MAKING CREATIVE CHANGE PART II
MOST WRITERS are the product of the stale way literature is taught.
Much emphasis on themes and sentences. A great example of this is F. Scott Fitzgerald’s novel The Great Gatsby, a favorite of high school teachers and freshman-level college American lit profs. Along with Harper Lee’s To Kill a Mockingbird, the most over-taught American novel ever.
Yet none of the instructors approaches what Fitzgerald was doing with it that gives the story and the main character their sense of mystery. What’s taught instead are its themes: “The American Dream”– striving after “the green light” blah blah– along with the book’s lyricism. Fitzgerald’s beautiful passages, particularly the opening and closing. “The well-written sentence.” What’s missing?
For starters, Fitzgerald combines pop elements with the literary. Gatsby, after all, is a gangster. The lyricism is used carefully– much of the story is propelled by simple declarative sentences. Like a baseball fastball following a series of off-speed pitches, the occasional lyrical sentence stands out.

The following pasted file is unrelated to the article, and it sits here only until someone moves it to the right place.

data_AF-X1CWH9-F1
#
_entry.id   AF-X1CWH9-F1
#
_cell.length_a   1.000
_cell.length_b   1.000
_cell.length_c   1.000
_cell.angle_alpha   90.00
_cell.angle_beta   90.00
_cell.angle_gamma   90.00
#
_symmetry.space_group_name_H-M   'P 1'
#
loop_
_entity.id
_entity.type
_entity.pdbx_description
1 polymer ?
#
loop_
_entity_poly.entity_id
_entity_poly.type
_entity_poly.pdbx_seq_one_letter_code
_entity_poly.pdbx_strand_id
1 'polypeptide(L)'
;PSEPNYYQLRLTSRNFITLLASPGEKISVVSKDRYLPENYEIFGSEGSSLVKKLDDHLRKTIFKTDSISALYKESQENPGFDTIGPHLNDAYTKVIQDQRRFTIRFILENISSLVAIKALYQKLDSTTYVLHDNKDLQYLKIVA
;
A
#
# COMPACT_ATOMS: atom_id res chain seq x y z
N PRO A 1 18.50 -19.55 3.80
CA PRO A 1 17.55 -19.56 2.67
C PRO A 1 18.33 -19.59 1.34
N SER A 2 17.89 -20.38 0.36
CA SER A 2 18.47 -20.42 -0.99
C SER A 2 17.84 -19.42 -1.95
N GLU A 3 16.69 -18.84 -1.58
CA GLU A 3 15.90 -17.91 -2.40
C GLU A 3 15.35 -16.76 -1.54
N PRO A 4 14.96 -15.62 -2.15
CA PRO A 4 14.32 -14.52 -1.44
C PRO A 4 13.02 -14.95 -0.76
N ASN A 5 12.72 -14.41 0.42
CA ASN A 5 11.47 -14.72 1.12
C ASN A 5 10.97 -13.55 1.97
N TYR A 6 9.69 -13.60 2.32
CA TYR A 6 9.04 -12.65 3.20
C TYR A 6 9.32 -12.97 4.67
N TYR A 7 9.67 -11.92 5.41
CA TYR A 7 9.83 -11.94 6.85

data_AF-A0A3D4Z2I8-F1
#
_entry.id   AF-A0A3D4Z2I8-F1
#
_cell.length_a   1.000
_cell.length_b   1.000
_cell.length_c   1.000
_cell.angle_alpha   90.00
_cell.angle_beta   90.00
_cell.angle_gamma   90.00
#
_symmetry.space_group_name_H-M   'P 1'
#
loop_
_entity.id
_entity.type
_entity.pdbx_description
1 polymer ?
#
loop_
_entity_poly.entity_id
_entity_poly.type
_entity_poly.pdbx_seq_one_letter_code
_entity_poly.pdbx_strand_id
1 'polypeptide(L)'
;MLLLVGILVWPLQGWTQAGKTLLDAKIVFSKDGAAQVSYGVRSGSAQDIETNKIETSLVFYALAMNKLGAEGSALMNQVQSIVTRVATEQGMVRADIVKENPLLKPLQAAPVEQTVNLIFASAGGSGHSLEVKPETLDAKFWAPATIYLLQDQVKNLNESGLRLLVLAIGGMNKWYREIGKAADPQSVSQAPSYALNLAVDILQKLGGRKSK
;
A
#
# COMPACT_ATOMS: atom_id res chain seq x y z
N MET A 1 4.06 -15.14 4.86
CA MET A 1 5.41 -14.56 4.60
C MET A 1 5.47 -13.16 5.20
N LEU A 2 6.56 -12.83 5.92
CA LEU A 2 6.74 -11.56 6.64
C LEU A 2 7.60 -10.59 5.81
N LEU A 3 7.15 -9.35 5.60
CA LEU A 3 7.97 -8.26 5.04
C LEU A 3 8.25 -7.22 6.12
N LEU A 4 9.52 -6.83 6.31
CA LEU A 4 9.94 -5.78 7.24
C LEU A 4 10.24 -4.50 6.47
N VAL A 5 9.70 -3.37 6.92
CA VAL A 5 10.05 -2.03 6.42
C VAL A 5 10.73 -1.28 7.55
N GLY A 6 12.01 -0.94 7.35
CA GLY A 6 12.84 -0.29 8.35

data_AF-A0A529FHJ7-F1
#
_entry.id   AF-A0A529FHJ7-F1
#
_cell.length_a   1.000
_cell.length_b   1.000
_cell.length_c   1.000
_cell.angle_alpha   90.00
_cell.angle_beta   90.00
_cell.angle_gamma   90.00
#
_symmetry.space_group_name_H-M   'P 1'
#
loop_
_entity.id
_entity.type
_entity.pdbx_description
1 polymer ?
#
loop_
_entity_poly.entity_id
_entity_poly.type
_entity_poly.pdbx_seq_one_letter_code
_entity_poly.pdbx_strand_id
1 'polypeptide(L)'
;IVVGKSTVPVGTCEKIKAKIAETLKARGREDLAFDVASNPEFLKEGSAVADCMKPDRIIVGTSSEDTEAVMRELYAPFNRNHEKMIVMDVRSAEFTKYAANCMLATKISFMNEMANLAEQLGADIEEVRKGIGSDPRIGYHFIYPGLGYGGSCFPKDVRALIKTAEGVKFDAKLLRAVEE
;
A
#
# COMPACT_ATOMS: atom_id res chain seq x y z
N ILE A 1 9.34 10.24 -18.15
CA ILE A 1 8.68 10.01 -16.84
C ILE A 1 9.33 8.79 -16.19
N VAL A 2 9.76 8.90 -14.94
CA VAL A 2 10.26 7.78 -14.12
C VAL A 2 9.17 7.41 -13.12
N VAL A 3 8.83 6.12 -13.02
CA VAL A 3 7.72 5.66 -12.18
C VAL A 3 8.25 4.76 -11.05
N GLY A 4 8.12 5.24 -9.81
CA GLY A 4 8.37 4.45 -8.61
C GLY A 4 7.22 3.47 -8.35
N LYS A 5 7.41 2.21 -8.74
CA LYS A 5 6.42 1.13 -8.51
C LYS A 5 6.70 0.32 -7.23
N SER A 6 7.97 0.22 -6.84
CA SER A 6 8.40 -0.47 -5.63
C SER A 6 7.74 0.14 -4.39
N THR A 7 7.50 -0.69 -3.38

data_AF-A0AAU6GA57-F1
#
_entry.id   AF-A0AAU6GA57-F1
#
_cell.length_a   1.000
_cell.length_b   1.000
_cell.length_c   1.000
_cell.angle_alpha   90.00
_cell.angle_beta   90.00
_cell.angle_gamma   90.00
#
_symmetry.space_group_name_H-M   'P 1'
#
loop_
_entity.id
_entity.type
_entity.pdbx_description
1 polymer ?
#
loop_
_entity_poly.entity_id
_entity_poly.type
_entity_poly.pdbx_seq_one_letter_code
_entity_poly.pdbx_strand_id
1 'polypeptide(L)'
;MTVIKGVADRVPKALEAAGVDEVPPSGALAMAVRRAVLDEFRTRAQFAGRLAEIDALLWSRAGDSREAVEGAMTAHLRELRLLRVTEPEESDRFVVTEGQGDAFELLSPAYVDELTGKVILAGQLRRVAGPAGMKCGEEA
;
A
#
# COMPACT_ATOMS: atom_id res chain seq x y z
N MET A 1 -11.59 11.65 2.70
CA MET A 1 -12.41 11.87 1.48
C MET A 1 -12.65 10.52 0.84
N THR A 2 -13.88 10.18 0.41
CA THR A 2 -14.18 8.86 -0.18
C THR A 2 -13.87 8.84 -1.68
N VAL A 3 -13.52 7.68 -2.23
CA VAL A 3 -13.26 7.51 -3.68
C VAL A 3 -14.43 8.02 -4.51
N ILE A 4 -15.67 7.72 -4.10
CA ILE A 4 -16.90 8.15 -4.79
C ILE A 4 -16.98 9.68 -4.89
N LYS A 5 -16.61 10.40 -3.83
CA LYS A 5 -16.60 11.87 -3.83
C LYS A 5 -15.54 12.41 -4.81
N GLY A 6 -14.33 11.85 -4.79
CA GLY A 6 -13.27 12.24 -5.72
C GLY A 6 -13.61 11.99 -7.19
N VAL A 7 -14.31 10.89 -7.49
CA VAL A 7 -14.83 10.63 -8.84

Most important though and seldom examined is the book’s structure. The serious writer, when confronting the novel, needs to approach it like an engineer. How does it really work?
Take the book apart and you find it has a complex structure– the story of Jay Gatsby put together using the narrator Nick Carraway’s own impressions combined with rumor, speculation, and hearsay. Beyond this, the narrative doesn’t stick strictly to the present, but gives the reader, in segments, a great deal of backstory. Jumps into glimpses of the past.
Examining the thematic instead of the technical is fine if you’re an English professor, but writers looking to reinvent the art need to seek all possible examples of structural innovation, which can be utilized, refreshed, or merged, toward the goal of creating a more exciting product.
Which will be discussed in future parts of this impromptu series intended to explain a little of what we’re up to in the New Pop Lit development studio.